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Port Orchard's Well 9 upgrades, alterations complete
Port Orchard Mayor Tim Matthes, councilmembers, city staff and employees celebrated the completion of $1 milllion worth of upgrades and alternations to Well 9 with a July 30 ribbon cutting ceremony at Van Zee Park.
Public Works Director Mark Dorsey said the well was built in 2004, but an oversight during construction meant it lacked a distilling basin to draw away hydrogen sulfide gas that created discolored water.
“In the old system, the chlorine was reacting to the hydrogen sulfide to create discolored water,” Dorsey said.
Dorsey said when he joined the city in 2009, he began mapping complaints and calls concerning discolored water from Well 9. The Public Works Department started gathering information from forensic reports and discovered the well had an issue with a hydrogen sulfide gas issue — common in all wells — and manganese, Dorsey said.
“The staff discovered there was manganese level that was finding its way into the pipes that was well below the maximum contamination level,” Dorsey said. “It was never a health issue, but a water quality issue in washing clothes and in sinks.”
He said the hydrogen sulfide gas issue was corrected by the distilling basin.
The distilling basin pulls the water into a holding tank and potassium permanganate is injected into the water to bind with the manganese causing it to harden and fall to the bottom of the holding tank. The sediment is cleaned out periodically from the tank.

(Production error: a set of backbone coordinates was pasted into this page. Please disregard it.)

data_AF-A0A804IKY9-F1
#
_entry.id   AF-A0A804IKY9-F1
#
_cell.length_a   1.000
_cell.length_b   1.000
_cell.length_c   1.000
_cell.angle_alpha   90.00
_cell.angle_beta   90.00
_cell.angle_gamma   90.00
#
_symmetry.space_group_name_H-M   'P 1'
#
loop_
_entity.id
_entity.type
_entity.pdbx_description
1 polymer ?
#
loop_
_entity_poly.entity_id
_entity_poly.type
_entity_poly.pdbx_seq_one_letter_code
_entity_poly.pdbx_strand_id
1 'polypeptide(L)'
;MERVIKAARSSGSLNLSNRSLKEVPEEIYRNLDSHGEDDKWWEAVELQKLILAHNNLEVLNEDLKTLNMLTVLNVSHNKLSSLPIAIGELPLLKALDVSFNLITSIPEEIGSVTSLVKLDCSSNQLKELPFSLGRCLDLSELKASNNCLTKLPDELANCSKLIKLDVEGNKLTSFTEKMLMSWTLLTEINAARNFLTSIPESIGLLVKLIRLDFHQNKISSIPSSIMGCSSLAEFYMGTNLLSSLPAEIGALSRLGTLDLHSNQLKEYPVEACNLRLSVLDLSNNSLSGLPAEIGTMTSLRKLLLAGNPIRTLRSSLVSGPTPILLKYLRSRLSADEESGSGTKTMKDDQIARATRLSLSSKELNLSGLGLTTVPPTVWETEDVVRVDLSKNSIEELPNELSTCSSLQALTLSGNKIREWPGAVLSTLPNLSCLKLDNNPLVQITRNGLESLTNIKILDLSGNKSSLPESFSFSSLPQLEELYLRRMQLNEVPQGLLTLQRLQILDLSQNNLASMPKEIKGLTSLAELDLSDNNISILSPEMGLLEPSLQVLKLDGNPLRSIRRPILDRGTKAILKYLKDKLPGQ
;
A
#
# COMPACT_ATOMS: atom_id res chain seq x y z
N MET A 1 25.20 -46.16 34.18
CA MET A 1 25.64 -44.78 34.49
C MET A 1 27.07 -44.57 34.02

Dorsey said all the city wells, except Well 9, has distilling basins.
Public Works worked with PACE Engineers of Kirkland on a $270,000 design for the upgrades and project oversight. Last August, the city awarded I&E Construction of Clackamas, Ore., a $736,000 construction contract.
“We now have good clean water, a $1 million later,” Dorsey said.
Matthes said the city will use “ice pigging” to clean out the lines.
The ice pigging process pumps ice slurry — the pig — into a pipe, filling it to 10 to 20 percent of its volume capacity. System pressure carries the ice downstream to an exit point.
“Pigging” to clean lines is an accepted procedure used by utility pipeline owners. The process is relatively simple: a device (pig) is inserted into a pipe where pressure forces it through the pipe, scraping the inside sidewalls and carrying debris to an exit point out of the pipe.
“We have been doing a lot more aggressive flushing of the lines in the past couple of years that has helped tremendously,” Dorsey said. “We’ll be ice pigging to try and remove the build up that remains on the inside of the lines.”
Dorsey said there are some homes which have long water lines that will continue to collect sediment.
“We have to clean the lines twice a year,” he said.
Matthes, councilmembers and staff toasted the new well upgrades with glasses filled with water from the new well after the ribbon cutting.